We search Orsin’s room in waves, first Alan, a priest by his side, slowly and carefully finding nothing. Then Gregor accompanied by a master carpenter and a master stonemason. Conners, Travers and Leumr wait in the doorway, the first two impatiently and the last gratefully. I lean against the hallway wall staring at the backs of two of my guards and muttering to my Sword, confident the guards will believe I’m just indulging in my usual comments about over-protective, smothering, paranoid…
“Alan and the Priest. They are both very strong, in their own ways.”
“And what would those ways be?” Of course, my Sword doesn’t answer other than it’s usual ‘not Sorcerer’. Irritating. Just like my guards.
“We have found gold and papers,” Gregor calls to me. I push past my guards and stop in the doorway, surprised. Four, no five chests filled with gold coins.
I ignore them for the moment, the papers are more interesting. I’m pleased to see Alan agrees; he already has the papers laid out on a large table. He points to one written in Jajel.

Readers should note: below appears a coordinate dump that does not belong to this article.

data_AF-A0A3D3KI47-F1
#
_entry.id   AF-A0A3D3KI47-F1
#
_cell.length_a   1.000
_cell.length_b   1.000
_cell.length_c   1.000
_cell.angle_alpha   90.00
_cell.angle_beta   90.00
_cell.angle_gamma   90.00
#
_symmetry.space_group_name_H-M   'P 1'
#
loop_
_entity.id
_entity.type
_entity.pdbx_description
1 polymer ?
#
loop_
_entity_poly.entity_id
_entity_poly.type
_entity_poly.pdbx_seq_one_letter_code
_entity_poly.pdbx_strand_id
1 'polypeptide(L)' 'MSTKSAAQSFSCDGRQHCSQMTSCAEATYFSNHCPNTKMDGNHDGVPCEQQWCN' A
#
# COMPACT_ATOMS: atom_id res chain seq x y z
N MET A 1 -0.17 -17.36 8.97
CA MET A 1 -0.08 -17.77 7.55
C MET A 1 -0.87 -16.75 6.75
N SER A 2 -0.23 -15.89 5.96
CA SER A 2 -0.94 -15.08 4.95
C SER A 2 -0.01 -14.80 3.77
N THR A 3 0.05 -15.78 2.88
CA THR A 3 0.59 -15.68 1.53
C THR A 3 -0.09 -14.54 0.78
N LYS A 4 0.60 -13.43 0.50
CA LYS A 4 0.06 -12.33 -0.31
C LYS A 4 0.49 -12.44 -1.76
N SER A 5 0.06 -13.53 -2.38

“Package received. Three messengers dispatched. On confirmation, send second package by my courier.”
Taver growls something under his breath and Alan glares. I let them pour their anger out at the harmless sheet of paper since they can’t get to the person who wrote it. I’m more interested in the next letter, just a sum of money and a range of dates. Innocuous unless you know the date of the pirate attack on Misthold was in the middle of the range. Afred of Haflt’s letter is a masterpiece, two pages that say nothing. I can’t see the point of even bothering to write it.
“The real message,” Taver answers the question I don’t realize I had asked aloud, “Was probably given verbally. The letter is just to explain why the messenger was here.”
“The date on the letter is after father refused to make common cause with Halft, but before the Enchanters were unmasked.” Taver nods agreement. I try to decide if it makes any difference.